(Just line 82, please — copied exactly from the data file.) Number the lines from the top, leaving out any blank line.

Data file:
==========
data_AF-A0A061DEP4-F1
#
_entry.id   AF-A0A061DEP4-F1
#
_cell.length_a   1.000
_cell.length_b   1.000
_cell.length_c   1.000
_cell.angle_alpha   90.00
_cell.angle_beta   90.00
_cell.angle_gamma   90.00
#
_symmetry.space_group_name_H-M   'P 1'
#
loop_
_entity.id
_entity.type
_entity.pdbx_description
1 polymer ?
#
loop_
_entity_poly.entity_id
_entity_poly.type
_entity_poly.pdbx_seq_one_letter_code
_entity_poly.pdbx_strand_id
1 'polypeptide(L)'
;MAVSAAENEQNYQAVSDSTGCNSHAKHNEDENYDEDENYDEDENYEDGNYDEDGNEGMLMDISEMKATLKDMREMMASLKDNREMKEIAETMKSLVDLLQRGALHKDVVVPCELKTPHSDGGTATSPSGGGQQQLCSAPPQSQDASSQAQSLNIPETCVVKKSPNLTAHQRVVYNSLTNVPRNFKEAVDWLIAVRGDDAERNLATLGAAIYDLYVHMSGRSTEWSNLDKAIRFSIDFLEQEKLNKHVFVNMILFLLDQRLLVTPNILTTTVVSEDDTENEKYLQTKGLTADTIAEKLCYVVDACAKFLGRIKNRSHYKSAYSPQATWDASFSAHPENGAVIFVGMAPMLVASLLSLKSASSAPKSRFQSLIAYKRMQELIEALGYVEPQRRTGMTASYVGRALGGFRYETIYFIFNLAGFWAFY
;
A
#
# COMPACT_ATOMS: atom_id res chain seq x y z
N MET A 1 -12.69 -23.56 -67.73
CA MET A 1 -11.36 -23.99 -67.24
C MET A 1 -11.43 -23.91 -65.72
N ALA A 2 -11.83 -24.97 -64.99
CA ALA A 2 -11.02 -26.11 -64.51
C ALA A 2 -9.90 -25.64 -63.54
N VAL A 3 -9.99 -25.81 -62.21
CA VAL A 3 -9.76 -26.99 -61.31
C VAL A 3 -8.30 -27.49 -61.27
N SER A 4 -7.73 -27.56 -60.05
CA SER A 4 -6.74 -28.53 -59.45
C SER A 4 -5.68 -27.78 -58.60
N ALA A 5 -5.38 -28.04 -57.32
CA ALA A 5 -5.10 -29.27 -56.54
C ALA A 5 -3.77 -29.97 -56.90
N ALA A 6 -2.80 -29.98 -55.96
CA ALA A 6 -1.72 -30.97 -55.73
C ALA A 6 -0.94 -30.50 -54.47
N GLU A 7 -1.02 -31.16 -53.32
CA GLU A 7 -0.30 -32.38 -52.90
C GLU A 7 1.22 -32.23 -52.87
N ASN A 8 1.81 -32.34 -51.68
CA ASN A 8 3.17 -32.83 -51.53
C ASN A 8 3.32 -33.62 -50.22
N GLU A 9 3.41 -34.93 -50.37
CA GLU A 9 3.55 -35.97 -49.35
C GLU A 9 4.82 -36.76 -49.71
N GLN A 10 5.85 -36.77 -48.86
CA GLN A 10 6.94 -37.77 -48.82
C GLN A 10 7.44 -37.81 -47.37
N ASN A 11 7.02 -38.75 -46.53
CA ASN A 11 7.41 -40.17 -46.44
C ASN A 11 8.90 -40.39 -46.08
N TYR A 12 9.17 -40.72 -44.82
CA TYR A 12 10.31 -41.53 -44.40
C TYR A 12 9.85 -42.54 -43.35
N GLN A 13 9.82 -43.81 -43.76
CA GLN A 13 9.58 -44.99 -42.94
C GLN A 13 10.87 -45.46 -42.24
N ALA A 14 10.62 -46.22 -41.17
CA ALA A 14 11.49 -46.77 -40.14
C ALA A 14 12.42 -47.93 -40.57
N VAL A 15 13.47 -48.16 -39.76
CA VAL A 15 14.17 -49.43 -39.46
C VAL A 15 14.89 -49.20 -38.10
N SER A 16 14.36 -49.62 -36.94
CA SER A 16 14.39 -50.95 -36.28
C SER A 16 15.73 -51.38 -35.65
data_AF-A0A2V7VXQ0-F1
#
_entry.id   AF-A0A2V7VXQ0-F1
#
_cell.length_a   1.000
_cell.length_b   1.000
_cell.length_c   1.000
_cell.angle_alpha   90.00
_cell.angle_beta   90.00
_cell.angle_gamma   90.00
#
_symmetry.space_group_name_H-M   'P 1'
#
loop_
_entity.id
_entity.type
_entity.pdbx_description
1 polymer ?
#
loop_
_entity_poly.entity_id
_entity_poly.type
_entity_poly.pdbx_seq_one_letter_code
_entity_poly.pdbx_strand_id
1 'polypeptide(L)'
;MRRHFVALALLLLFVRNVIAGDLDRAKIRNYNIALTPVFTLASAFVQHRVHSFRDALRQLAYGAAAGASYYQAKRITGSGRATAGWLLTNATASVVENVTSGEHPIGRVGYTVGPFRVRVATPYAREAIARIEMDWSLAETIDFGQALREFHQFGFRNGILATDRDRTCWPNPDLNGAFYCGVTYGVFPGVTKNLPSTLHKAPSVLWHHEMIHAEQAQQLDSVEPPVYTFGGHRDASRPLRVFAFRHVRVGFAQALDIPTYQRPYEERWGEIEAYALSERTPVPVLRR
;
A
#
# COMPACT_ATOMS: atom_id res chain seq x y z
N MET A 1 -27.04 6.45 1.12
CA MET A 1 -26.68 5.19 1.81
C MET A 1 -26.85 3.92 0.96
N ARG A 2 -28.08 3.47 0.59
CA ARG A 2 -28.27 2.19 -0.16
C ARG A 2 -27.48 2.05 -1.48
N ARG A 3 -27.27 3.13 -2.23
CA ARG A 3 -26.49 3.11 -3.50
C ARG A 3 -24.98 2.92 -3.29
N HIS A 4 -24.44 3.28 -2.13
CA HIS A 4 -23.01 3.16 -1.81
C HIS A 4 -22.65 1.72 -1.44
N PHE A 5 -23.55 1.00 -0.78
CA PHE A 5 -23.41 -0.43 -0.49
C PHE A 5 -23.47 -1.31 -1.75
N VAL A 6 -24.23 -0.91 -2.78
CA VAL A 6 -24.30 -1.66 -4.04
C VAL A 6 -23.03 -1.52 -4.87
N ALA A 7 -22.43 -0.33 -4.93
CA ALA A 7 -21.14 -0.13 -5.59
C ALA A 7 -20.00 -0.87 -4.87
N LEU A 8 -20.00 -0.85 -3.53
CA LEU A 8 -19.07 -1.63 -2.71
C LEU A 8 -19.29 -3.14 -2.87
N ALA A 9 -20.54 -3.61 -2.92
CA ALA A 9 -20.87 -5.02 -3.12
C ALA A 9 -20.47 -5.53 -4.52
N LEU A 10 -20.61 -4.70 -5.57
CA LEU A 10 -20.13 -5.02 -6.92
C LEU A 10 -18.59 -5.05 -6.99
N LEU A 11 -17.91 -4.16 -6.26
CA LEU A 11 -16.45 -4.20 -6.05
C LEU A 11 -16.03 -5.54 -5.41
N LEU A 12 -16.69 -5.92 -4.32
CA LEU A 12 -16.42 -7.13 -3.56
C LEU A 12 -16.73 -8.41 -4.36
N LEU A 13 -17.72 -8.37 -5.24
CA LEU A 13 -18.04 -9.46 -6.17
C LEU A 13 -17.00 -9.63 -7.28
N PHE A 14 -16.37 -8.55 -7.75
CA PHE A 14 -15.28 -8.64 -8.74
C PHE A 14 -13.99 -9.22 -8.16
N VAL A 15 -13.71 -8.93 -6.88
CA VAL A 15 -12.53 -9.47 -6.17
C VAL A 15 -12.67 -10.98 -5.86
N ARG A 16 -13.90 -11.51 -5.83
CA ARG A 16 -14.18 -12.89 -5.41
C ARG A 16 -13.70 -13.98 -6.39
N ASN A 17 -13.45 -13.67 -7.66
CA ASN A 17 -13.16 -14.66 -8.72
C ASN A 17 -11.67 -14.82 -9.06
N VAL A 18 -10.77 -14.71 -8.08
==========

#